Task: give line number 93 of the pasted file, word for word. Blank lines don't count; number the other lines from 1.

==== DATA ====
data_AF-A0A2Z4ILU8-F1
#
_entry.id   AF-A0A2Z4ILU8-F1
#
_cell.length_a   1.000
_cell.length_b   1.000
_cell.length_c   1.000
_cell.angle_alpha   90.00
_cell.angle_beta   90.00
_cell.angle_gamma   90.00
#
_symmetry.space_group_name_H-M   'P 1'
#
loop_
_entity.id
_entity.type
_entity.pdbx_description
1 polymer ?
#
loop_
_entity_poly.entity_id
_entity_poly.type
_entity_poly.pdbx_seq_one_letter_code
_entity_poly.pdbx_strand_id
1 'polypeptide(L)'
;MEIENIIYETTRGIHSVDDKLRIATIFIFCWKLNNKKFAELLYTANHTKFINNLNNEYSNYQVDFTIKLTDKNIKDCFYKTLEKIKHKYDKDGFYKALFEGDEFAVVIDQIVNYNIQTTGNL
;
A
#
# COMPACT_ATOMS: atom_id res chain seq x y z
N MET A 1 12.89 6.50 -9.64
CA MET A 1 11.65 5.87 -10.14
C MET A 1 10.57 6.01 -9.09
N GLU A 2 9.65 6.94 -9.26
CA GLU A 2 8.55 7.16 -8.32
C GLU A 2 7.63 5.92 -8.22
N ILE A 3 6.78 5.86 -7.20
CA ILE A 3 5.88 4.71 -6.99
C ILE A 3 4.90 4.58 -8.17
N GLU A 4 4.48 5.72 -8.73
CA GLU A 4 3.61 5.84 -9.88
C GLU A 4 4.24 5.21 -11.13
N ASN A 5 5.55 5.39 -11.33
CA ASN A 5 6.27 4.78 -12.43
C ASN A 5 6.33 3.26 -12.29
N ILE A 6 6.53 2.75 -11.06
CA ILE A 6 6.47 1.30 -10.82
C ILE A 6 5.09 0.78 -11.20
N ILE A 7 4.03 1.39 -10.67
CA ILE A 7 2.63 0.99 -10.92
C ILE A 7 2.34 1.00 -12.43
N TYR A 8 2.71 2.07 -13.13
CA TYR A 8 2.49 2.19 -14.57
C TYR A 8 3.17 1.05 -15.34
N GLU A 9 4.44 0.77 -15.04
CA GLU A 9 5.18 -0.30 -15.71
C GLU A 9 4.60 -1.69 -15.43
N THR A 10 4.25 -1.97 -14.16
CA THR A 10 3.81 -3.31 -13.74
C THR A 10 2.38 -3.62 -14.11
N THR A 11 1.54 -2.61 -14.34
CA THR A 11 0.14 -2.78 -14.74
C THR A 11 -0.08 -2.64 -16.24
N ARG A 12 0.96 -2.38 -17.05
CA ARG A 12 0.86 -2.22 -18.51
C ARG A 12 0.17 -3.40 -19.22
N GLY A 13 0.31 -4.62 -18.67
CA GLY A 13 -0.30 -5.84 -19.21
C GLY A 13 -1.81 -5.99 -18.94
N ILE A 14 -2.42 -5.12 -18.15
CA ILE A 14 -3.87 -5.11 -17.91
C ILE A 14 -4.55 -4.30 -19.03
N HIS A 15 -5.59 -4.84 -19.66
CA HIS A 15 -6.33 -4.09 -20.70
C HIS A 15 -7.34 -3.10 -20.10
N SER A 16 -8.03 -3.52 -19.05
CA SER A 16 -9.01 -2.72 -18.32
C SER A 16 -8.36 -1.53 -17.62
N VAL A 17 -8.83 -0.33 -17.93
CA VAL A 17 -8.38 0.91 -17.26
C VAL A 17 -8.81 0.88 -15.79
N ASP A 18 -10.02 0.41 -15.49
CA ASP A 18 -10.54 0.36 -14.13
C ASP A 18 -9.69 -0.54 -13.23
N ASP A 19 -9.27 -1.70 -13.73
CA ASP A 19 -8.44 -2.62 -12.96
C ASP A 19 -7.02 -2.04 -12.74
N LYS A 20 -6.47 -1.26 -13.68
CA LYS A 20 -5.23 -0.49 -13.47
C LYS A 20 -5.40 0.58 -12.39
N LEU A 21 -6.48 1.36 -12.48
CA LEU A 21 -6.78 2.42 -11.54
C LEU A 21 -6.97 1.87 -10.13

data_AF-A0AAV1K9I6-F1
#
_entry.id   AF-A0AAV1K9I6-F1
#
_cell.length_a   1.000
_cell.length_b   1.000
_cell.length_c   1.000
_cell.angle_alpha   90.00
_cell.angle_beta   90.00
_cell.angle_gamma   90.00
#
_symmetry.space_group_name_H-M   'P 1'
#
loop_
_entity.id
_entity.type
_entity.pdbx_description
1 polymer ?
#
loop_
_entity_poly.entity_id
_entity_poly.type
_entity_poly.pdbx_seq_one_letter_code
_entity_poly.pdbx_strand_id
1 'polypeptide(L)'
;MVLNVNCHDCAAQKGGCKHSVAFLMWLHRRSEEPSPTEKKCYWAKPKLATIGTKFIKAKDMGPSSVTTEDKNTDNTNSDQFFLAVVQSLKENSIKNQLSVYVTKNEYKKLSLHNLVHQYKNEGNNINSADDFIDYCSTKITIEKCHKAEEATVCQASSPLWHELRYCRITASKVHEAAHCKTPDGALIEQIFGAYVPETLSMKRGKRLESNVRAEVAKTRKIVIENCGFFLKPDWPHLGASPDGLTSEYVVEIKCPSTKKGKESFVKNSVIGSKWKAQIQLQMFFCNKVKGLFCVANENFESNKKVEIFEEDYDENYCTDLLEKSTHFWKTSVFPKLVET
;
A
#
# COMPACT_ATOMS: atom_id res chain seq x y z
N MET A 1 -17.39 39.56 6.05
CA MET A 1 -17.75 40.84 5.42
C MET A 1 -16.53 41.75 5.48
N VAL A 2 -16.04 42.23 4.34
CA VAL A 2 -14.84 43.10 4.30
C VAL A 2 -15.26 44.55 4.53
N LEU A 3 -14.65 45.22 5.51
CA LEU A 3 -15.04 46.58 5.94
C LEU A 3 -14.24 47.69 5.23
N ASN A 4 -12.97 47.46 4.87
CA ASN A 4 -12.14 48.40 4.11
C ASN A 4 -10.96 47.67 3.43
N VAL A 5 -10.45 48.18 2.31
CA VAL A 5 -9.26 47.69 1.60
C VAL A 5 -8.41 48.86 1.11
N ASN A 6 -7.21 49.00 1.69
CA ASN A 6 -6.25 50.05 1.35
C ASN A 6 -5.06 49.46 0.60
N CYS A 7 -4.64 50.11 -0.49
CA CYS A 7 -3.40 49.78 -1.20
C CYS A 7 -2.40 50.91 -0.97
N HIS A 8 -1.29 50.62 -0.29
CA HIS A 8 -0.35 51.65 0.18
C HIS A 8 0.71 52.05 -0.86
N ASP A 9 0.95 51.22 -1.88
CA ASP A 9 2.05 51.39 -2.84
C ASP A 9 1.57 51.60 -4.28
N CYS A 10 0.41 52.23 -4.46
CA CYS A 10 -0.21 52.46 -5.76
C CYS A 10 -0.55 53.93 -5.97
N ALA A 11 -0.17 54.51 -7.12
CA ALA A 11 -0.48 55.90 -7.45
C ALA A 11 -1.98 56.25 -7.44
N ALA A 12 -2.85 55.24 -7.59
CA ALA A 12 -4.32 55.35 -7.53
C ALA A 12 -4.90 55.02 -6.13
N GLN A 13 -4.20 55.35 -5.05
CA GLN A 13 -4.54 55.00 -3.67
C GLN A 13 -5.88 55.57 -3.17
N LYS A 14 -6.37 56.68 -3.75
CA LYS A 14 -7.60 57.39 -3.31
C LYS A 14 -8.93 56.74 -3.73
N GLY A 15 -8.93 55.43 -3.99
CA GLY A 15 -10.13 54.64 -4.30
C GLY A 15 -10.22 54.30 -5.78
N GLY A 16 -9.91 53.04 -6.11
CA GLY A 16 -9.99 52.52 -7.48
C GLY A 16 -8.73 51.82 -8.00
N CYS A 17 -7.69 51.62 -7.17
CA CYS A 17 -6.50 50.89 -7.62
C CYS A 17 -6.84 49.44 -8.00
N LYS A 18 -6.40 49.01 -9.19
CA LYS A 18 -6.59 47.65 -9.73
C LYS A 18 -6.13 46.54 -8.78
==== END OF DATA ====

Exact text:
C LEU A 21 -6.97 1.87 -10.13